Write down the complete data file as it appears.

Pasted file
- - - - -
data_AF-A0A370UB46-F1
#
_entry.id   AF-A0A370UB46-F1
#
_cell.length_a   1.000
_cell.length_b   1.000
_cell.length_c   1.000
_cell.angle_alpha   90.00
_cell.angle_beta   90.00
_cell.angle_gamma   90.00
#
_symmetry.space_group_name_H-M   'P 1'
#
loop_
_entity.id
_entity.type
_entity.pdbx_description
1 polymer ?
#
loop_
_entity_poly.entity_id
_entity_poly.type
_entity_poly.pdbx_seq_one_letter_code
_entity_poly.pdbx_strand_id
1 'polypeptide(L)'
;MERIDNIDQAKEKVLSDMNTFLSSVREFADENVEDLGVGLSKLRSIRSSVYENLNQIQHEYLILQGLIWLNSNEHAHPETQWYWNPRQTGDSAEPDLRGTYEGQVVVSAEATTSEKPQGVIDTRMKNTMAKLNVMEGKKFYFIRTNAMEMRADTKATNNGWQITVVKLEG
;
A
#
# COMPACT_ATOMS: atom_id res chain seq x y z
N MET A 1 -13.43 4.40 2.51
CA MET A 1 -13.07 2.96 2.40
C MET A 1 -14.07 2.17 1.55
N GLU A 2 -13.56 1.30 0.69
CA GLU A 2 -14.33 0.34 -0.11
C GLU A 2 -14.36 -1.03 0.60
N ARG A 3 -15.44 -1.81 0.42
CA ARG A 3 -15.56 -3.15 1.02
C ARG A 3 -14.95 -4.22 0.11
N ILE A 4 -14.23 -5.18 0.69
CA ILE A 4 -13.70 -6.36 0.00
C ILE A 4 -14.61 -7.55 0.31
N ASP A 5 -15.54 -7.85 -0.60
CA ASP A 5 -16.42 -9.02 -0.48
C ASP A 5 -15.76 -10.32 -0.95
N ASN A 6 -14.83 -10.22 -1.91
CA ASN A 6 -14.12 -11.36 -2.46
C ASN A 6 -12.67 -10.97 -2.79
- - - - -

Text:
data_AF-A0A370UB46-F1
#
_entry.id   AF-A0A370UB46-F1
#
_cell.length_a   1.000
_cell.length_b   1.000
_cell.length_c   1.000
_cell.angle_alpha   90.00
_cell.angle_beta   90.00
_cell.angle_gamma   90.00
#
_symmetry.space_group_name_H-M   'P 1'
#
loop_
_entity.id
_entity.type
_entity.pdbx_description
1 polymer ?
#
loop_
_entity_poly.entity_id
_entity_poly.type
_entity_poly.pdbx_seq_one_letter_code
_entity_poly.pdbx_strand_id
1 'polypeptide(L)'
;MERIDNIDQAKEKVLSDMNTFLSSVREFADENVEDLGVGLSKLRSIRSSVYENLNQIQHEYLILQGLIWLNSNEHAHPETQWYWNPRQTGDSAEPDLRGTYEGQVVVSAEATTSEKPQGVIDTRMKNTMAKLNVMEGKKFYFIRTNAMEMRADTKATNNGWQITVVKLEG
;
A
#
# COMPACT_ATOMS: atom_id res chain seq x y z
N MET A 1 -13.43 4.40 2.51
CA MET A 1 -13.07 2.96 2.40
C MET A 1 -14.07 2.17 1.55
N GLU A 2 -13.56 1.30 0.69
CA GLU A 2 -14.33 0.34 -0.11
C GLU A 2 -14.36 -1.03 0.60
N ARG A 3 -15.44 -1.81 0.42
CA ARG A 3 -15.56 -3.15 1.02
C ARG A 3 -14.95 -4.22 0.11
N ILE A 4 -14.23 -5.18 0.69
CA ILE A 4 -13.70 -6.36 0.00
C ILE A 4 -14.61 -7.55 0.31
N ASP A 5 -15.54 -7.85 -0.60
CA ASP A 5 -16.42 -9.02 -0.48
C ASP A 5 -15.76 -10.32 -0.95
N ASN A 6 -14.83 -10.22 -1.91
CA ASN A 6 -14.12 -11.36 -2.46
C ASN A 6 -12.67 -10.97 -2.79